‘Magic Mike’

Tatum Channing as MikeIn his risk-taking films, Steven Soderbergh has taken viewers into many twilight worlds such as that of black op soldiers (“Haywire”), high end call girls (“The Girlfriend Experience”), revolutionaries (“Che”), class action lawsuits (“Erin Brockovich”) and the wars on drugs (“Traffic”) and deadly diseases (“Contagion”). But while watching “Magic Mike,” which plunges into the false glamour of male strippers, you search in vain for a reason why you’re there.

The story itself, when it finally teases itself out, is a rather conventional one. The characters never resonate, the dialogue is strangely halting and inadequate and the attitude toward the subject itself grows increasingly ambivalent. The world of male strippers may sound like a good idea — it’s funny, sexy, wacky and the beefcake should appear to women, right? But once you land there and all those funny, sexy, wacky things happen in the first few minutes, where do you go from there?

Whatever options were debated by Soderbergh, writer Reid Carolin and the film’s star and co-producer Channing Tatum, whose experiences as a male stripper in his late teens inspired the movie, they made the curious choice of going deep into melodrama with a flickering romance in the background. It’s a questionable choice.

Lord knows female strippers turn up in movies with such regularity that a wag once remarked — who was it, anybody remember? — that no movie detective can ever solve a crime without at least one visit to a strip club. But male strippers — and let’s be accurate here: men who strip for heterosexual women in night clubs that simulate the action at regular strip clubs — is virtually terra incognita for a movie.

So all that exaggerated masculinity in cowboy or police outfits and the strutting, hip-rotating, pelvis-thrusting moves are hilarious. The dressing-room swagger and b.s.-ing of these men backstage, caught by Soderbergh (under his DP alias of Peter Andrews) once more with the red digital camera, only adds to the humor.

And the willingness of the female clientele to extend their favors to after hours certainly cranks up the sexiness. What’s to dislike about this job if you’re a young guy — you get paid and laid! (text continues)

Magic Mike stripper movie

Soderbergh, Carolin and Tatum do search for things to dislike, however, otherwise where’s the conflict? The story imagines Tatum’s 30-ish Magic Mike, his on-stage moniker, taking a 19-year-old (Alex Pettyfer), whom he dubs the Kid, under his wings to teach him the ropes of stripping. The kid has a hot sister Brooke (Cody Horn) Mike wants to know better despite his continuing attraction to a psychology student (Olivia Munn) who is his occasional hook-up and Brooke’s wariness of Mike’s lifestyle.

Her brother’s experiences serve to underscore her need for caution. The Kid heads immediately for the unsavory part of the business, getting drunk, partying with the wrong women and involving himself in drug dealing.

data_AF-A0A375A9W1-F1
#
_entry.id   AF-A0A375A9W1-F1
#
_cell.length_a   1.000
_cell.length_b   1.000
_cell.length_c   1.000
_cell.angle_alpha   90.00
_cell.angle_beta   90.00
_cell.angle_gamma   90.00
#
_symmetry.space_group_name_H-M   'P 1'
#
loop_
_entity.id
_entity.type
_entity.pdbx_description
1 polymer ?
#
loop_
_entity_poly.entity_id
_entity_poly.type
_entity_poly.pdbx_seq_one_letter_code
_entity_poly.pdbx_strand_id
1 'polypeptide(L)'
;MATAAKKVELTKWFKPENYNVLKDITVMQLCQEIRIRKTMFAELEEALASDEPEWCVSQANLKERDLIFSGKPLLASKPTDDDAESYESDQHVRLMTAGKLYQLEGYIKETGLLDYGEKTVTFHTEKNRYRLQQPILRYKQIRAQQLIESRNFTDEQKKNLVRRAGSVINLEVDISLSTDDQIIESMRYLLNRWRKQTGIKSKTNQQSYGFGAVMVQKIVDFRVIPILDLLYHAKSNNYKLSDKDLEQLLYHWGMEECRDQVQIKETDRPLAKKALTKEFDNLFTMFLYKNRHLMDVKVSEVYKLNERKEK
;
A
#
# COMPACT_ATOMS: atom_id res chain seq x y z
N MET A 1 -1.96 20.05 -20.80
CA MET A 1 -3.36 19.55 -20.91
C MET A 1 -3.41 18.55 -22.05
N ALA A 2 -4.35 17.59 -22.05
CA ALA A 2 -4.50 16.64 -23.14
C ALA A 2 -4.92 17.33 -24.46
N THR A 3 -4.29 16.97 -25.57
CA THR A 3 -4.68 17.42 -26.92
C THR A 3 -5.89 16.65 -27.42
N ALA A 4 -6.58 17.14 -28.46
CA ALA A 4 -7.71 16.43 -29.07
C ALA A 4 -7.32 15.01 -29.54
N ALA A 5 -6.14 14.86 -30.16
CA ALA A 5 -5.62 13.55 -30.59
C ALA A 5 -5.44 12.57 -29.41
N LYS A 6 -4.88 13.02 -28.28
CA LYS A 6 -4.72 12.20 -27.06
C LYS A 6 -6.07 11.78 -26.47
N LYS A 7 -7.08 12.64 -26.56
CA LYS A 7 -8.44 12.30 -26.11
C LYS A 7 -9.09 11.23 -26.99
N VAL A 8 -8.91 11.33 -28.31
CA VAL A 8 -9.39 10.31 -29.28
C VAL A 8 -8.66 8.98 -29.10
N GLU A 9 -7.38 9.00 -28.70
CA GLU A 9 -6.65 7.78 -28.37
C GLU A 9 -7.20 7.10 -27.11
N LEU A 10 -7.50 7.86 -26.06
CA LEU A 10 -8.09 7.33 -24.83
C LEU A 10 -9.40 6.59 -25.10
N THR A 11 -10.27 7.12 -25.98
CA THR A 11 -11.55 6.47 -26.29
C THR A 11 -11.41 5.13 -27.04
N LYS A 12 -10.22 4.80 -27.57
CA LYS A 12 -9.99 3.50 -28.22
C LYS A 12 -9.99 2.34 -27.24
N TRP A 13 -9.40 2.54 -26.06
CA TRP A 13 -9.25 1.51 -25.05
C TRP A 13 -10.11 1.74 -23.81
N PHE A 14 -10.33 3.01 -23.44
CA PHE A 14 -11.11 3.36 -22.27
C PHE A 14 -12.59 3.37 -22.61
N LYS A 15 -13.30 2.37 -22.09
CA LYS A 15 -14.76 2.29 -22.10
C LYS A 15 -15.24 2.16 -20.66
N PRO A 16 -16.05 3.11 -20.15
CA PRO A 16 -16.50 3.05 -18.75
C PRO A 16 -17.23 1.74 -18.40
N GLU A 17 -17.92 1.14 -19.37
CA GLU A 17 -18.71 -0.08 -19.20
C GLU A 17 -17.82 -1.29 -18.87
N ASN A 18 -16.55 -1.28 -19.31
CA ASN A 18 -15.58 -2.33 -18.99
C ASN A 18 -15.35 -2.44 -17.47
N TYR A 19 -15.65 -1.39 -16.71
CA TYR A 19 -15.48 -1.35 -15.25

Meanwhile, Mike has any number of other gigs from roofing to car detailing in his determination to raise money to open his own custom furniture store. His sleazy boss, an ex-stripper who now owns the club, has grand designs too. Dallas (Matthew McConaughey in a fine bit of self-parody) wants to take the act from the relative sticks of Tampa, Florida, to big-time Miami. But he’ll need his headliner, Magic Mike — or will he? Maybe the Kid is the next new thing.

CHANNING TATUM as MikeThe deeper you get into this tawdry tale though, the less involved you feel. The indifferent chemistry between Channing and Horn isn’t much of a hook either. The film keeps struggling to find something pertinent to say about the world of male strippers, but mostly dishes up unsavory folks and peripheral tough guys once the characters get involved in the drug trade.

Channing does give himself one of his better roles here as he easily suggests a genuine good guy underneath the sweat and swagger. Pettyfer too makes an impression as the directionless lad whose only talent is for screw-ups — and coaxing dollar bills from women with his little-boy-lost charisma.

Certainly the dances are pretty cool. Choreographer Alison Faulk puts the all-male review through athletic solo and group routines that combine muscular bravado with Olympic-style gymnastics. (“It’s Raining Men” proves a good song for one of these numbers!) The dances possess what the film lacks — a wry sense of wit and a lot of heart.

Sure the recruited extras who play the all-female audience, nearly all hotties to boot, scream and laugh on cue. But you suspect these dances would inspire a similar reaction with a real audience. This is easily the most successful part of “Magic Mike,” one that has actual magic.

The locations, mostly in Tampa but some in Southern California, and Howard Cummings’ eye for telling details in the production design nicely fit the laid-back decadence on display.


Opens: June 29 (Warner Bros.)
Production companies: A Nick Wechsler/Gregory Jacobs production of a Iron Horse/Extension 765 Enterprise
Cast: Channing Tatum, Alex Pettyfer, Matthew McConaughey, Cody Horn, Olivia Munn, Matt Bomer, Riley Keough, Joe Manganiello, Kevin Nash, Adam Rodriguez, Gabriel Iglesias
Director: Steven Soderbergh
Screenwriter: Reid Carolin
Producers: Nick Wechsler, Gregory Jacobs, Channing Tatum, Reid Carolin
Director of photography: Peter Andrews
Production designer: Howard Cummings
Costume designer: Christopher Peterson
Choreographer: Alison Faulk
Editor: Mary Ann Bernard
R rating, 111 minutes


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